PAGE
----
In warm weather (especially in a full-sun location), the blooms last less than that; and even if they don't drop off, their bright gold color will fade to yellow.

If heat does not get the blossoms, then the cold might: the floral display on mine in 2008 was decimated by a late frost.

These are poisonous plants, so they are not a livestock-friendly, pet-friendly or child-friendly plant choice. All parts of the plant are toxic, including the seed pods.


Terrific specimen plants when blooming in late spring, there are two reasons to grow golden chain trees near a patio, in a protected area:

  1. You will be better able to enjoy them there.
  2. The shelter will help shield them from the ravages of winter.

Outstanding Characteristic

Hands down, the outstanding feature of Laburnum × watereri is the racemes of yellow flowers with which it drips in late spring. In fact, this specimen holds little visual interest during the rest of the year.

Although the racemes do have strong fragrance, I am indifferent toward it; but who could be indifferent to their bright, cheerful appearance? The gold racemes of Laburnum × watereri may be 10-20 inches in length.

The Beatrix Farrand Connection

I first discovered these beauties while vacationing in Bar Harbor, Maine (U.S.), where Laburnum × watereri is relatively common. I haven't seen much of it elsewhere in New England. Could its rarity stem from the ephemeral nature of its beauty? But its short blooming period hardly constitutes a sufficient argument against growing Laburnum × watereri. Who's to say you can't derive as much joy from a plant that's a 10 (on a scale of 1 to 10, 10 being the highest rating) for a week or two as you could from another that's only a 5, albeit for a longer period? No, I'm much more inclined to attribute its relative rarity to its fussiness and all the problems to which it is susceptible. Not everybody has the time, energy and willingness to please an ill-starred Goldilocks!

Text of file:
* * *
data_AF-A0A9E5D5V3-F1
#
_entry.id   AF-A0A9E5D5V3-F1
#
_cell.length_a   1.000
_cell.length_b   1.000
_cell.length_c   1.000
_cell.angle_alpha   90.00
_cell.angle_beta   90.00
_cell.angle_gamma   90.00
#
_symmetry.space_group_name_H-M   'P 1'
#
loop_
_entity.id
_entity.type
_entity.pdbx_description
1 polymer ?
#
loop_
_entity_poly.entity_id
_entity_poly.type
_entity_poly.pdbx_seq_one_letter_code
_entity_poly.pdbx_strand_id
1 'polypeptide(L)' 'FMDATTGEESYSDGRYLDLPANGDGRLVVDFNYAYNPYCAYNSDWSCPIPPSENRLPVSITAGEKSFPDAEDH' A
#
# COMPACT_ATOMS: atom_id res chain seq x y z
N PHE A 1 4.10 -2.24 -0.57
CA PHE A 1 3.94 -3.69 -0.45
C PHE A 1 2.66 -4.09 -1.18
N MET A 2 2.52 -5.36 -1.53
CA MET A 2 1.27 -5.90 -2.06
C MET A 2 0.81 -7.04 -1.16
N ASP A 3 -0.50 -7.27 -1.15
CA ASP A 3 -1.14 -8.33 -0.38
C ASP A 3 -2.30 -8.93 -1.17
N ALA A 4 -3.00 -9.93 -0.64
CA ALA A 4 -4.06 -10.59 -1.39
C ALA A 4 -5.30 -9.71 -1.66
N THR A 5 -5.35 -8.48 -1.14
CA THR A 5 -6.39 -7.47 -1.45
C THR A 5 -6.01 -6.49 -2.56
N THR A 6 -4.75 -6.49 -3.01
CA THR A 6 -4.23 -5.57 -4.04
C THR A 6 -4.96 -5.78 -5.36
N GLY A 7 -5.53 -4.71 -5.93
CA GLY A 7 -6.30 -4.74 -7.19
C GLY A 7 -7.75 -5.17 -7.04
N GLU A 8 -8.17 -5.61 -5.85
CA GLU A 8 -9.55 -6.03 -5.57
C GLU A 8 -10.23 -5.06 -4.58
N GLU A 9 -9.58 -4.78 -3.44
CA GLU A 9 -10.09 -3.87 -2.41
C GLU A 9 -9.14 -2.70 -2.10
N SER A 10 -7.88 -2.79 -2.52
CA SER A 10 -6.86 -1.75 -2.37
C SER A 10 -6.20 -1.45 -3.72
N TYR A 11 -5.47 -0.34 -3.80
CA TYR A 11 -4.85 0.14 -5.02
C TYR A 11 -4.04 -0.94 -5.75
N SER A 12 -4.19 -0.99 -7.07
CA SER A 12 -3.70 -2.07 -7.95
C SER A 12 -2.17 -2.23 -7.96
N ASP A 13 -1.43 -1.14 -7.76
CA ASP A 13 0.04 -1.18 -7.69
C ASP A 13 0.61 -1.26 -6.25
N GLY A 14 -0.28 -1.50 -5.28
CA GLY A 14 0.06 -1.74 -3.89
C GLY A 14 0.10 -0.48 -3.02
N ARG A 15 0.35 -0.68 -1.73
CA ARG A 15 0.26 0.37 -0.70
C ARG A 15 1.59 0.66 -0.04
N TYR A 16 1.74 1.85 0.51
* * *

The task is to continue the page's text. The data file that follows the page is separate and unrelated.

Beatrix Farrand (1872-1959) was a landscape architect influenced by Gertrude Jekyll, among others. Farrand ended her days in the Bar Harbor area, where she left a considerable horticultural impression. The word from the locals is that it was Farrand who introduced Laburnum × watereri to those parts. Many residences and businesses in Bar Harbor and its environs sport golden chain trees as specimen plants. These beauties are also commonly seen growing wild along a few stretches of road in the area. Who knows? Perhaps they are Farrand seedlings....


In the past, some have called Laburnum × watereri "golden rain" tree. But that common name belongs, properly, to another plant: Koelreuteria paniculata. At present, if you hear someone say "golden rain" when they really mean "golden chain," they are most likely novices confused by the fact that the two common names have a similar ring to them (it also doesn't help that both plants have yellow flowers). But the two are entirely different: golden rain trees (Koelreuteria paniculata) are native to the Far East. This is just another example of why we should use the scientific names of plants to avoid the confusion caused by common plant names.